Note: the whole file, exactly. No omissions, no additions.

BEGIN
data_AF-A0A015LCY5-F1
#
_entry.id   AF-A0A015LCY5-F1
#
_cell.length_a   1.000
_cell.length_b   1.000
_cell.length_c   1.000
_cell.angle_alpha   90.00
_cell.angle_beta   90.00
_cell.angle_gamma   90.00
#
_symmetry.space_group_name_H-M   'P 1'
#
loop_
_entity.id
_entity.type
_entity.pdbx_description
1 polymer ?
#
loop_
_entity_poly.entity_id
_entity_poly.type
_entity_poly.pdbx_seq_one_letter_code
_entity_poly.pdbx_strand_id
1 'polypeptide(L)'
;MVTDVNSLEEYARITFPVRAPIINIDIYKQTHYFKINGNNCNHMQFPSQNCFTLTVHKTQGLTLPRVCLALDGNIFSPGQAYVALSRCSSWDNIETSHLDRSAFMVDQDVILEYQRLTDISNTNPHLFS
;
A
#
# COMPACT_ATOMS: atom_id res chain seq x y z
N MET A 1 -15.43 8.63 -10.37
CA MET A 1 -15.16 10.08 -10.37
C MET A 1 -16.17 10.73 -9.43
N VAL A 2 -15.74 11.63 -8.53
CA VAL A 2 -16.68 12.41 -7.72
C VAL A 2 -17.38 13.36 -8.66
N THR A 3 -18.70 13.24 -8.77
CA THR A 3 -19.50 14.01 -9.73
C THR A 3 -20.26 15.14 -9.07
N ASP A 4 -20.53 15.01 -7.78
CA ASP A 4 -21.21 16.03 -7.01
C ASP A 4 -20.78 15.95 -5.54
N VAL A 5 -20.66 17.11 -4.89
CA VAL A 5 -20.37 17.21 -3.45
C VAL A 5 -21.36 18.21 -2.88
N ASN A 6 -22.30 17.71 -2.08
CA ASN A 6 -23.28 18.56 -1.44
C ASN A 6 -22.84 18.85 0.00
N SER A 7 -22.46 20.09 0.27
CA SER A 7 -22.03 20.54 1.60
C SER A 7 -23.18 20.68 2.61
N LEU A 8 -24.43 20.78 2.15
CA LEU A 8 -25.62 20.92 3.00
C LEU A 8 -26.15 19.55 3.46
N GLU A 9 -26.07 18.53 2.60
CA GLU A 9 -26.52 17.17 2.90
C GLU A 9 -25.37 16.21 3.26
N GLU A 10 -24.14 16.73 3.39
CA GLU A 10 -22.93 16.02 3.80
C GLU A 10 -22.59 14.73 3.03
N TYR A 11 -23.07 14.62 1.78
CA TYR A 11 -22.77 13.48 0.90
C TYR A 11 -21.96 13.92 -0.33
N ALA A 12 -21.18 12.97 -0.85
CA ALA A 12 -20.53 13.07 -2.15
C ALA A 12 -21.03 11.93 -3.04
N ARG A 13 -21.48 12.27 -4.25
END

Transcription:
data_AF-A0A015LCY5-F1
#
_entry.id   AF-A0A015LCY5-F1
#
_cell.length_a   1.000
_cell.length_b   1.000
_cell.length_c   1.000
_cell.angle_alpha   90.00
_cell.angle_beta   90.00
_cell.angle_gamma   90.00
#
_symmetry.space_group_name_H-M   'P 1'
#
loop_
_entity.id
_entity.type
_entity.pdbx_description
1 polymer ?
#
loop_
_entity_poly.entity_id
_entity_poly.type
_entity_poly.pdbx_seq_one_letter_code
_entity_poly.pdbx_strand_id
1 'polypeptide(L)'
;MVTDVNSLEEYARITFPVRAPIINIDIYKQTHYFKINGNNCNHMQFPSQNCFTLTVHKTQGLTLPRVCLALDGNIFSPGQAYVALSRCSSWDNIETSHLDRSAFMVDQDVILEYQRLTDISNTNPHLFS
;
A
#
# COMPACT_ATOMS: atom_id res chain seq x y z
N MET A 1 -15.43 8.63 -10.37
CA MET A 1 -15.16 10.08 -10.37
C MET A 1 -16.17 10.73 -9.43
N VAL A 2 -15.74 11.63 -8.53
CA VAL A 2 -16.68 12.41 -7.72
C VAL A 2 -17.38 13.36 -8.66
N THR A 3 -18.70 13.24 -8.77
CA THR A 3 -19.50 14.01 -9.73
C THR A 3 -20.26 15.14 -9.07
N ASP A 4 -20.53 15.01 -7.78
CA ASP A 4 -21.21 16.03 -7.01
C ASP A 4 -20.78 15.95 -5.54
N VAL A 5 -20.66 17.11 -4.89
CA VAL A 5 -20.37 17.21 -3.45
C VAL A 5 -21.36 18.21 -2.88
N ASN A 6 -22.30 17.71 -2.08
CA ASN A 6 -23.28 18.56 -1.44
C ASN A 6 -22.84 18.85 0.00
N SER A 7 -22.46 20.09 0.27
CA SER A 7 -22.03 20.54 1.60
C SER A 7 -23.18 20.68 2.61
N LEU A 8 -24.43 20.78 2.15
CA LEU A 8 -25.62 20.92 3.00
C LEU A 8 -26.15 19.55 3.46
N GLU A 9 -26.07 18.53 2.60
CA GLU A 9 -26.52 17.17 2.90
C GLU A 9 -25.37 16.21 3.26
N GLU A 10 -24.14 16.73 3.39
CA GLU A 10 -22.93 16.02 3.80
C GLU A 10 -22.59 14.73 3.03
N TYR A 11 -23.07 14.62 1.78
CA TYR A 11 -22.77 13.48 0.90
C TYR A 11 -21.96 13.92 -0.33
N ALA A 12 -21.18 12.97 -0.85
CA ALA A 12 -20.53 13.07 -2.15
C ALA A 12 -21.03 11.93 -3.04
N ARG A 13 -21.48 12.27 -4.25